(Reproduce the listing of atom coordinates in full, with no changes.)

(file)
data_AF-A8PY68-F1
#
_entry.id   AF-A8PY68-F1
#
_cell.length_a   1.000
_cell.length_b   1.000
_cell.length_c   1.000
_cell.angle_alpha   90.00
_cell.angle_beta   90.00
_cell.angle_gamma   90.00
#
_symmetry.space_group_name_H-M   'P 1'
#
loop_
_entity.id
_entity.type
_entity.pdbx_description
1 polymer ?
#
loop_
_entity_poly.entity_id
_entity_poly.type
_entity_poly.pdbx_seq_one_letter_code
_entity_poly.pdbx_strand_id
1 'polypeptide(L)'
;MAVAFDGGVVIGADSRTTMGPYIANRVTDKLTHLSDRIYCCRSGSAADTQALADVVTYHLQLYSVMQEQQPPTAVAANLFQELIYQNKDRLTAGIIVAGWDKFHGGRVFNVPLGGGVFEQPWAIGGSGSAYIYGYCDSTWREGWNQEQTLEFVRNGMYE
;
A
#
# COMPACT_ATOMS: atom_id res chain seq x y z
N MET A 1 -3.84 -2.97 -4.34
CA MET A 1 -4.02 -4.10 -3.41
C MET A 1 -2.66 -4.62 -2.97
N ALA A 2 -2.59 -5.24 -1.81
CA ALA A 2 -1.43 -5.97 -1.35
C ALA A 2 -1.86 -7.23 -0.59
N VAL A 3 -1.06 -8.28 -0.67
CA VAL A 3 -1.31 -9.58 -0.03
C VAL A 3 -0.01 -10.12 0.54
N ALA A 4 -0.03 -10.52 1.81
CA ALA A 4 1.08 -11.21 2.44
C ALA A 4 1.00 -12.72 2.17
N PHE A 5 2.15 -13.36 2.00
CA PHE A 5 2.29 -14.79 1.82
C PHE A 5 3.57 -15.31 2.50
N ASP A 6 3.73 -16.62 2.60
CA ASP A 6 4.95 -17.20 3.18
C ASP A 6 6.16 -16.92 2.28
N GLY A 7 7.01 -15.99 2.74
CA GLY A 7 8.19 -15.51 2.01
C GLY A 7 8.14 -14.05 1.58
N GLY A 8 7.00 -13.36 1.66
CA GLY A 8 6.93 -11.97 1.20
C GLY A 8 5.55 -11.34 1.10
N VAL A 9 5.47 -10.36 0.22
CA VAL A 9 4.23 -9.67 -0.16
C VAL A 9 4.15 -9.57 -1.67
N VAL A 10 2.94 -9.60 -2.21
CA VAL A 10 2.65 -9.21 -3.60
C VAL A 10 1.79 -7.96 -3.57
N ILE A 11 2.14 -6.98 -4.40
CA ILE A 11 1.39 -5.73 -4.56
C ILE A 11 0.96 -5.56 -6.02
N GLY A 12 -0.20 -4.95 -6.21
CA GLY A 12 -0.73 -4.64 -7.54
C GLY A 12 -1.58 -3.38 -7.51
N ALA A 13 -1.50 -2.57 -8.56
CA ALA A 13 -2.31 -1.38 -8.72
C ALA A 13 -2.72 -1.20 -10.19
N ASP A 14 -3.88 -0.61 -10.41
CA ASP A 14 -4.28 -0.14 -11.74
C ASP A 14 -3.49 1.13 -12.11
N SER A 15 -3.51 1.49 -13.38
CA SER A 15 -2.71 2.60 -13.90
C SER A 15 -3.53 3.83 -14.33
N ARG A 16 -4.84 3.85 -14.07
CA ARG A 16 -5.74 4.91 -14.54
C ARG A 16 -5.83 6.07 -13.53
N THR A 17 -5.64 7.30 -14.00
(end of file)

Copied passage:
data_AF-A8PY68-F1
#
_entry.id   AF-A8PY68-F1
#
_cell.length_a   1.000
_cell.length_b   1.000
_cell.length_c   1.000
_cell.angle_alpha   90.00
_cell.angle_beta   90.00
_cell.angle_gamma   90.00
#
_symmetry.space_group_name_H-M   'P 1'
#
loop_
_entity.id
_entity.type
_entity.pdbx_description
1 polymer ?
#
loop_
_entity_poly.entity_id
_entity_poly.type
_entity_poly.pdbx_seq_one_letter_code
_entity_poly.pdbx_strand_id
1 'polypeptide(L)'
;MAVAFDGGVVIGADSRTTMGPYIANRVTDKLTHLSDRIYCCRSGSAADTQALADVVTYHLQLYSVMQEQQPPTAVAANLFQELIYQNKDRLTAGIIVAGWDKFHGGRVFNVPLGGGVFEQPWAIGGSGSAYIYGYCDSTWREGWNQEQTLEFVRNGMYE
;
A
#
# COMPACT_ATOMS: atom_id res chain seq x y z
N MET A 1 -3.84 -2.97 -4.34
CA MET A 1 -4.02 -4.10 -3.41
C MET A 1 -2.66 -4.62 -2.97
N ALA A 2 -2.59 -5.24 -1.81
CA ALA A 2 -1.43 -5.97 -1.35
C ALA A 2 -1.86 -7.23 -0.59
N VAL A 3 -1.06 -8.28 -0.67
CA VAL A 3 -1.31 -9.58 -0.03
C VAL A 3 -0.01 -10.12 0.54
N ALA A 4 -0.03 -10.52 1.81
CA ALA A 4 1.08 -11.21 2.44
C ALA A 4 1.00 -12.72 2.17
N PHE A 5 2.15 -13.36 2.00
CA PHE A 5 2.29 -14.79 1.82
C PHE A 5 3.57 -15.31 2.50
N ASP A 6 3.73 -16.62 2.60
CA ASP A 6 4.95 -17.20 3.18
C ASP A 6 6.16 -16.92 2.28
N GLY A 7 7.01 -15.99 2.74
CA GLY A 7 8.19 -15.51 2.01
C GLY A 7 8.14 -14.05 1.58
N GLY A 8 7.00 -13.36 1.66
CA GLY A 8 6.93 -11.97 1.20
C GLY A 8 5.55 -11.34 1.10
N VAL A 9 5.47 -10.36 0.22
CA VAL A 9 4.23 -9.67 -0.16
C VAL A 9 4.15 -9.57 -1.67
N VAL A 10 2.94 -9.60 -2.21
CA VAL A 10 2.65 -9.21 -3.60
C VAL A 10 1.79 -7.96 -3.57
N ILE A 11 2.14 -6.98 -4.40
CA ILE A 11 1.39 -5.73 -4.56
C ILE A 11 0.96 -5.56 -6.02
N GLY A 12 -0.20 -4.95 -6.21
CA GLY A 12 -0.73 -4.64 -7.54
C GLY A 12 -1.58 -3.38 -7.51
N ALA A 13 -1.50 -2.57 -8.56
CA ALA A 13 -2.31 -1.38 -8.72
C ALA A 13 -2.72 -1.20 -10.19
N ASP A 14 -3.88 -0.61 -10.41
CA ASP A 14 -4.28 -0.14 -11.74
C ASP A 14 -3.49 1.13 -12.11
N SER A 15 -3.51 1.49 -13.38
CA SER A 15 -2.71 2.60 -13.90
C SER A 15 -3.53 3.83 -14.33
N ARG A 16 -4.84 3.85 -14.07
CA ARG A 16 -5.74 4.91 -14.54
C ARG A 16 -5.83 6.07 -13.53
N THR A 17 -5.64 7.30 -14.00